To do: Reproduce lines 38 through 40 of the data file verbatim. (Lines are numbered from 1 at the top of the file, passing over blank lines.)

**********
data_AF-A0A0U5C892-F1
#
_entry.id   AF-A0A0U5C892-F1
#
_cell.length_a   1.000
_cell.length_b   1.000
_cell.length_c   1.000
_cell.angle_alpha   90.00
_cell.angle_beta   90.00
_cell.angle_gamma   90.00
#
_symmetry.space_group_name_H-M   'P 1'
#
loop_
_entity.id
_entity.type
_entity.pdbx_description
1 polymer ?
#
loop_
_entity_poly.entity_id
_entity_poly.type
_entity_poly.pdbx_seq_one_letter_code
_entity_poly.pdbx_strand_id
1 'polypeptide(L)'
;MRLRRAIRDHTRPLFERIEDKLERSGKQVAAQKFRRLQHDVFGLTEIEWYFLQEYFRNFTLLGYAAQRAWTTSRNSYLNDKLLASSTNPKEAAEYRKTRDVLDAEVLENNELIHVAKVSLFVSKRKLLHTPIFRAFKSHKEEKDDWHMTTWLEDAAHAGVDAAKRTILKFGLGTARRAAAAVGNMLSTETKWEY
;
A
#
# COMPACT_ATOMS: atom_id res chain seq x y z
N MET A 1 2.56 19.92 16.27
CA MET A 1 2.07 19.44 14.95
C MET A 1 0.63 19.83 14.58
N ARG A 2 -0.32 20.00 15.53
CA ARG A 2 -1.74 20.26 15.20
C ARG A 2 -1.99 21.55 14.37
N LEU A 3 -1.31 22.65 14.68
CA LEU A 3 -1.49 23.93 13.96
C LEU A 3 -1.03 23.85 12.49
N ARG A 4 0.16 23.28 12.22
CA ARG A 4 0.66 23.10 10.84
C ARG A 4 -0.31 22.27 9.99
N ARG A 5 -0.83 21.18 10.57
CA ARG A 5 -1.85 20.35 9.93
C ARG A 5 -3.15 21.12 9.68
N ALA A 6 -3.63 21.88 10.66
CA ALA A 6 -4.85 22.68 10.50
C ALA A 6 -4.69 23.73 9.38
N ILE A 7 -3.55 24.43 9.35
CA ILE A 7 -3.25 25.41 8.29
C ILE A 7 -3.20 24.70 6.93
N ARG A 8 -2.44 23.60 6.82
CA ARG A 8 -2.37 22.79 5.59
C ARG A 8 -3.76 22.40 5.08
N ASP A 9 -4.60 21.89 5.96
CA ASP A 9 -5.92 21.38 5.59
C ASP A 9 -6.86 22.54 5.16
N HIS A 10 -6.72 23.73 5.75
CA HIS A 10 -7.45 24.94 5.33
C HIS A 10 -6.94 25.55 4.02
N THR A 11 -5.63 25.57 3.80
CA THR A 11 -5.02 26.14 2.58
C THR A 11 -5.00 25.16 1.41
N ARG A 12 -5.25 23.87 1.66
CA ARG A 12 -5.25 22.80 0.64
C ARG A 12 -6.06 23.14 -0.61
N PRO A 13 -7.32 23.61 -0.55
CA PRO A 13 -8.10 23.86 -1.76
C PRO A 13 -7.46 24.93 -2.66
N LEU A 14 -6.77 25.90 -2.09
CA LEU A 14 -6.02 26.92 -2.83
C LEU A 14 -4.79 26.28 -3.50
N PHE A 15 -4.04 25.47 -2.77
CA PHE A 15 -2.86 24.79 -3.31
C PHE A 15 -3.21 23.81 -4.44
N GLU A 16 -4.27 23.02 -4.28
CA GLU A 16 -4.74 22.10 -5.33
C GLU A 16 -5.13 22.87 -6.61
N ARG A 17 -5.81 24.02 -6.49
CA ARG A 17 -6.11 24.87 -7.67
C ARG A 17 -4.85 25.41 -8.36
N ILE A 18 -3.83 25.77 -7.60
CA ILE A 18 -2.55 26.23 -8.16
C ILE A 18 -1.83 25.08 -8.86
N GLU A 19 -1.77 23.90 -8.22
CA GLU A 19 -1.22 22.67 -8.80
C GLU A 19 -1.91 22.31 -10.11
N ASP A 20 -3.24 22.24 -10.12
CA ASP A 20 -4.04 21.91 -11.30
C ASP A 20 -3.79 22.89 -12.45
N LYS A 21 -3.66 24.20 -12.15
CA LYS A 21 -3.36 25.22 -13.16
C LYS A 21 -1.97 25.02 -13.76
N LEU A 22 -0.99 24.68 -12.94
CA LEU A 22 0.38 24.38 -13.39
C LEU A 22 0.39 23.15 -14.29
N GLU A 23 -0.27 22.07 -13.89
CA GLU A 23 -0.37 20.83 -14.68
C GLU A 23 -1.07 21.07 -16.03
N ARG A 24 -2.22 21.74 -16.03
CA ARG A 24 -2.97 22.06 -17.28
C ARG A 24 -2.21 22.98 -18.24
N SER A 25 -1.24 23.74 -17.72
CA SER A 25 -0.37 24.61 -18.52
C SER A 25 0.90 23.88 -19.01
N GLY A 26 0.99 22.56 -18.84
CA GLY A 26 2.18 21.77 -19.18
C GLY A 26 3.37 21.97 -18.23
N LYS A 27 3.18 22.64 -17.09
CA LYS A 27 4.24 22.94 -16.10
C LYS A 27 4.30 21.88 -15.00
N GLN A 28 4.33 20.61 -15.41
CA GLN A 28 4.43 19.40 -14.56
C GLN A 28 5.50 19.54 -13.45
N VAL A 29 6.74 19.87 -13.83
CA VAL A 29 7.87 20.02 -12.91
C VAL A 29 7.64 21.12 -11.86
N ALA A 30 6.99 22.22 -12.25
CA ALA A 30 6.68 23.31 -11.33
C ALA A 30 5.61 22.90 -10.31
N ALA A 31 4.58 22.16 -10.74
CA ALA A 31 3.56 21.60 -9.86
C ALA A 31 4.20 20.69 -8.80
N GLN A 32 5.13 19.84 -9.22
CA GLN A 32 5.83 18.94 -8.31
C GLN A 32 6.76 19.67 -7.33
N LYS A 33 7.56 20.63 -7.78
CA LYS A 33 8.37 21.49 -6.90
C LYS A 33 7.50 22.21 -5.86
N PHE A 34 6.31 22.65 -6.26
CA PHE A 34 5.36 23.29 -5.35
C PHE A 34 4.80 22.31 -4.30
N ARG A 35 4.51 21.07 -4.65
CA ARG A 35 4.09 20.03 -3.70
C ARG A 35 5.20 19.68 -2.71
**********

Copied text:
CA LEU A 3 -1.49 23.93 13.96
C LEU A 3 -1.03 23.85 12.49
N ARG A 4 0.16 23.28 12.22